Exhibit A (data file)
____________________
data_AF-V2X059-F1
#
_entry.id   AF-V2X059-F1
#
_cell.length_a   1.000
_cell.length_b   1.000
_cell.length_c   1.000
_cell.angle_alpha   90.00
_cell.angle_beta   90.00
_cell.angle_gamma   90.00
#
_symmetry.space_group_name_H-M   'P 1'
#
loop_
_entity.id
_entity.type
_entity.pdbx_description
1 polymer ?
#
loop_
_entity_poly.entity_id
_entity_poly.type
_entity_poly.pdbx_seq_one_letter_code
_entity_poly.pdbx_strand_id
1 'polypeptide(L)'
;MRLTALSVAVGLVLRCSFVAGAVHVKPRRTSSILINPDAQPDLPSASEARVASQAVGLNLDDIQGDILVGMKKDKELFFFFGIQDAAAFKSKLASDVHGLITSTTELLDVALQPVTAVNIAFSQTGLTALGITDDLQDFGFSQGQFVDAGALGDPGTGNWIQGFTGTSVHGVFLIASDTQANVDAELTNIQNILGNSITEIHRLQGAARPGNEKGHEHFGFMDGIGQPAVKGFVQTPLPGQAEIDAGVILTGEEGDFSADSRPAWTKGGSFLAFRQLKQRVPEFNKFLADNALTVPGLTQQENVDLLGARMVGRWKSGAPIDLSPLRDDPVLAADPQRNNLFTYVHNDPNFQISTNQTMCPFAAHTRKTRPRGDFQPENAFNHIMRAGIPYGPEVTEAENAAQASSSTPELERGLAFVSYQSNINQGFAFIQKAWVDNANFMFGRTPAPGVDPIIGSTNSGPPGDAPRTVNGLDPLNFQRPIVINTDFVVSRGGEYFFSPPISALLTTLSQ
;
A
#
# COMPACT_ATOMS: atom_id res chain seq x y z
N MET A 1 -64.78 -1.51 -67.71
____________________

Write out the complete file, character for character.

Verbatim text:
data_AF-V2X059-F1
#
_entry.id   AF-V2X059-F1
#
_cell.length_a   1.000
_cell.length_b   1.000
_cell.length_c   1.000
_cell.angle_alpha   90.00
_cell.angle_beta   90.00
_cell.angle_gamma   90.00
#
_symmetry.space_group_name_H-M   'P 1'
#
loop_
_entity.id
_entity.type
_entity.pdbx_description
1 polymer ?
#
loop_
_entity_poly.entity_id
_entity_poly.type
_entity_poly.pdbx_seq_one_letter_code
_entity_poly.pdbx_strand_id
1 'polypeptide(L)'
;MRLTALSVAVGLVLRCSFVAGAVHVKPRRTSSILINPDAQPDLPSASEARVASQAVGLNLDDIQGDILVGMKKDKELFFFFGIQDAAAFKSKLASDVHGLITSTTELLDVALQPVTAVNIAFSQTGLTALGITDDLQDFGFSQGQFVDAGALGDPGTGNWIQGFTGTSVHGVFLIASDTQANVDAELTNIQNILGNSITEIHRLQGAARPGNEKGHEHFGFMDGIGQPAVKGFVQTPLPGQAEIDAGVILTGEEGDFSADSRPAWTKGGSFLAFRQLKQRVPEFNKFLADNALTVPGLTQQENVDLLGARMVGRWKSGAPIDLSPLRDDPVLAADPQRNNLFTYVHNDPNFQISTNQTMCPFAAHTRKTRPRGDFQPENAFNHIMRAGIPYGPEVTEAENAAQASSSTPELERGLAFVSYQSNINQGFAFIQKAWVDNANFMFGRTPAPGVDPIIGSTNSGPPGDAPRTVNGLDPLNFQRPIVINTDFVVSRGGEYFFSPPISALLTTLSQ
;
A
#
# COMPACT_ATOMS: atom_id res chain seq x y z
N MET A 1 -64.78 -1.51 -67.71